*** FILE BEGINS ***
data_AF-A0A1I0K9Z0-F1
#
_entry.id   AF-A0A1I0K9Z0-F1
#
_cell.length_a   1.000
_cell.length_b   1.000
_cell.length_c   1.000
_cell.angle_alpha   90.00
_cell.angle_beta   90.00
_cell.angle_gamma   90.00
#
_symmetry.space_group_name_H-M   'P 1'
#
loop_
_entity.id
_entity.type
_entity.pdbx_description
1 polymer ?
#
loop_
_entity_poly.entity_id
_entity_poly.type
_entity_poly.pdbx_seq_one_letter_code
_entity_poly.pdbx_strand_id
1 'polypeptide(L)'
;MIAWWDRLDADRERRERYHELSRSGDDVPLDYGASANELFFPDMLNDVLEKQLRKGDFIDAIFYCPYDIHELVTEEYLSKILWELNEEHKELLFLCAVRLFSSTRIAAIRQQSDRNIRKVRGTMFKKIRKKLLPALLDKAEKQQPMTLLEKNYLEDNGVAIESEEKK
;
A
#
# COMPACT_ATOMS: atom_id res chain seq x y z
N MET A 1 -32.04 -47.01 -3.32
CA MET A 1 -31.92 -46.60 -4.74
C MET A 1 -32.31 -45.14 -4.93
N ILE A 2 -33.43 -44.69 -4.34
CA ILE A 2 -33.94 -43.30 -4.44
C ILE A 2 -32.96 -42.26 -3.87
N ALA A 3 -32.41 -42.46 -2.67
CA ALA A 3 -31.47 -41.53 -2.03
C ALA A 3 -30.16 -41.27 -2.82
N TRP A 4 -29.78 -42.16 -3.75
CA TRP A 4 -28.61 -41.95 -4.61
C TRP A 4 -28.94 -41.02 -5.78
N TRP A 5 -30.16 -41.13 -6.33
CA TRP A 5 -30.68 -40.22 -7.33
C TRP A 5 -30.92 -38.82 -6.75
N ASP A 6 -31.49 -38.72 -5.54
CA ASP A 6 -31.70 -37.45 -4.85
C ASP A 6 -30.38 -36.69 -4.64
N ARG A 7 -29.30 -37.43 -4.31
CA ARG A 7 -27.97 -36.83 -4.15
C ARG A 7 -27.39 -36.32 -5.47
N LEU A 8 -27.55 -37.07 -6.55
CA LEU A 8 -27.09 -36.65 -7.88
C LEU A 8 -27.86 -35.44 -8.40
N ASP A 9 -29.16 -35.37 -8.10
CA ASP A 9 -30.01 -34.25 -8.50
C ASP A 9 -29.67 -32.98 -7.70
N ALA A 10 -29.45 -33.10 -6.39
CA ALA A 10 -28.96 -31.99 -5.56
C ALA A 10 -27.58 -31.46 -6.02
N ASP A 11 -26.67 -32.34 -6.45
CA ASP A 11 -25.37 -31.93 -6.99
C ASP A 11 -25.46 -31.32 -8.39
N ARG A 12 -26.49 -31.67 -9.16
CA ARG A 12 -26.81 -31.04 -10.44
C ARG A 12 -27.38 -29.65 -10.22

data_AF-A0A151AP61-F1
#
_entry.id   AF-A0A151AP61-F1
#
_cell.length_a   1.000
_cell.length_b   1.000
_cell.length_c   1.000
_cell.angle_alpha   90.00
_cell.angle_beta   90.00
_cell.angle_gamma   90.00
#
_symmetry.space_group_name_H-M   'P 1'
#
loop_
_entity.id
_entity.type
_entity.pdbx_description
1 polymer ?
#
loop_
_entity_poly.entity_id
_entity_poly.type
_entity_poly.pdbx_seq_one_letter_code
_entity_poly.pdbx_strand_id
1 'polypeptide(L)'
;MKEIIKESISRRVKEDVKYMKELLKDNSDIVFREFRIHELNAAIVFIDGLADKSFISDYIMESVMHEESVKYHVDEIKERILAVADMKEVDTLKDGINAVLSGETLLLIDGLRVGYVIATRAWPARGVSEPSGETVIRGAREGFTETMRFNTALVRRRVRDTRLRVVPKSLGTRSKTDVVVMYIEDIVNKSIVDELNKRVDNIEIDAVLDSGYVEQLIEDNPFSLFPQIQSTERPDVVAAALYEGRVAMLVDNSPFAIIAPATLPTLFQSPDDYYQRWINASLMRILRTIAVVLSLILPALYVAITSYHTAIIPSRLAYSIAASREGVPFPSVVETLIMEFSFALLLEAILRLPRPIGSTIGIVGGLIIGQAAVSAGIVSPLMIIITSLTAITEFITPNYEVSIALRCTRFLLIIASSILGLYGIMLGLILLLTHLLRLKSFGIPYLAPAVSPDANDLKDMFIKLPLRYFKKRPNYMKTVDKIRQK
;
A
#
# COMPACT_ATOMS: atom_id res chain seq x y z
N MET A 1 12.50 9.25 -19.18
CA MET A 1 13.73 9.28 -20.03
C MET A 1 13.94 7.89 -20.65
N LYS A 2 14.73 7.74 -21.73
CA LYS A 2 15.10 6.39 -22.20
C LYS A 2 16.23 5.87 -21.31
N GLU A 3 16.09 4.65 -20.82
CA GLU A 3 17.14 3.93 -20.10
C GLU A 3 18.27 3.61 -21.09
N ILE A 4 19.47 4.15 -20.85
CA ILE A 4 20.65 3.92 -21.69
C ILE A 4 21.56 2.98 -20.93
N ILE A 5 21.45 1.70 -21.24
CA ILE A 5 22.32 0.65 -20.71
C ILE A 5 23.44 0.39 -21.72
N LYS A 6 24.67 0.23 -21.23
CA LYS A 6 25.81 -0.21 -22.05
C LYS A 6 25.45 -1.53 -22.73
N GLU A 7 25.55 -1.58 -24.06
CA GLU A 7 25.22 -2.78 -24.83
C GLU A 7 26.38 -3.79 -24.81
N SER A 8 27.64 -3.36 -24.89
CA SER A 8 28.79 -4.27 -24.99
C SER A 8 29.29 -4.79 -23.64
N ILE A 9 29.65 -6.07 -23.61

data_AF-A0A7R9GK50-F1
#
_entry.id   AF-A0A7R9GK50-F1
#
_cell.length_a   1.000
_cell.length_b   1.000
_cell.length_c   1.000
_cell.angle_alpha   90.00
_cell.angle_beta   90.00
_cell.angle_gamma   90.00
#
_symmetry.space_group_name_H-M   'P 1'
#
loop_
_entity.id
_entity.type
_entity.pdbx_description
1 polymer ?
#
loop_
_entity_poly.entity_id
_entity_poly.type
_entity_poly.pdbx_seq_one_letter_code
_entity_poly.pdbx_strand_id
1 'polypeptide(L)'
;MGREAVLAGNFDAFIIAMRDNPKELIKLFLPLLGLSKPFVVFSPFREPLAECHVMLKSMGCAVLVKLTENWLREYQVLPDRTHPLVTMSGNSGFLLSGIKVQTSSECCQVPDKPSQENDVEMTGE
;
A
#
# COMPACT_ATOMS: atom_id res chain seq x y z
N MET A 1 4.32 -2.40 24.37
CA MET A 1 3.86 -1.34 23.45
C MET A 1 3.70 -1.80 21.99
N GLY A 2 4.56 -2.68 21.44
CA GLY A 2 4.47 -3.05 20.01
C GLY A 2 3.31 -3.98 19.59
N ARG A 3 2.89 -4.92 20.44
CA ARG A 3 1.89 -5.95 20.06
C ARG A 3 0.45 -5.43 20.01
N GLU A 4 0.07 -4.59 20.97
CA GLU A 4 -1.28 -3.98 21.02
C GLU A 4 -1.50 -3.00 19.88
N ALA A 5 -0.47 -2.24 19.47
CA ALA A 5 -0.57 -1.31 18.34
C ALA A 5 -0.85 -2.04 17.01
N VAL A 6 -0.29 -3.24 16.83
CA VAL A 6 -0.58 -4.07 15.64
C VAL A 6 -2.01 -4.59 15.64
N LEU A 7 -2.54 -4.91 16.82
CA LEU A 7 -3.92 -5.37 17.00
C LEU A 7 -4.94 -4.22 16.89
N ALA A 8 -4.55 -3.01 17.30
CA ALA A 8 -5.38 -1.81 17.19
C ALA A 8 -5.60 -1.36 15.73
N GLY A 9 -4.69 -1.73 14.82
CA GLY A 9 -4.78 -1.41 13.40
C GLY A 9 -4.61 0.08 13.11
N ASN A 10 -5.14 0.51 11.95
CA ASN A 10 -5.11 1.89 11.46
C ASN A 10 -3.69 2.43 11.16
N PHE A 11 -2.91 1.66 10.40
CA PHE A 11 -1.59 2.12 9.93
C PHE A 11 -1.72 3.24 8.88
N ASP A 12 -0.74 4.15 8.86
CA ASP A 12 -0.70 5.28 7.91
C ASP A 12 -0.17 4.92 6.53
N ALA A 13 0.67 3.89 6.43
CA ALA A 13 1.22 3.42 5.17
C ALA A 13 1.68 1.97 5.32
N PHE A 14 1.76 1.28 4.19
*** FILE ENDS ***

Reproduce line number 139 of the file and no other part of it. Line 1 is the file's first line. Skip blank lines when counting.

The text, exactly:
1 polymer ?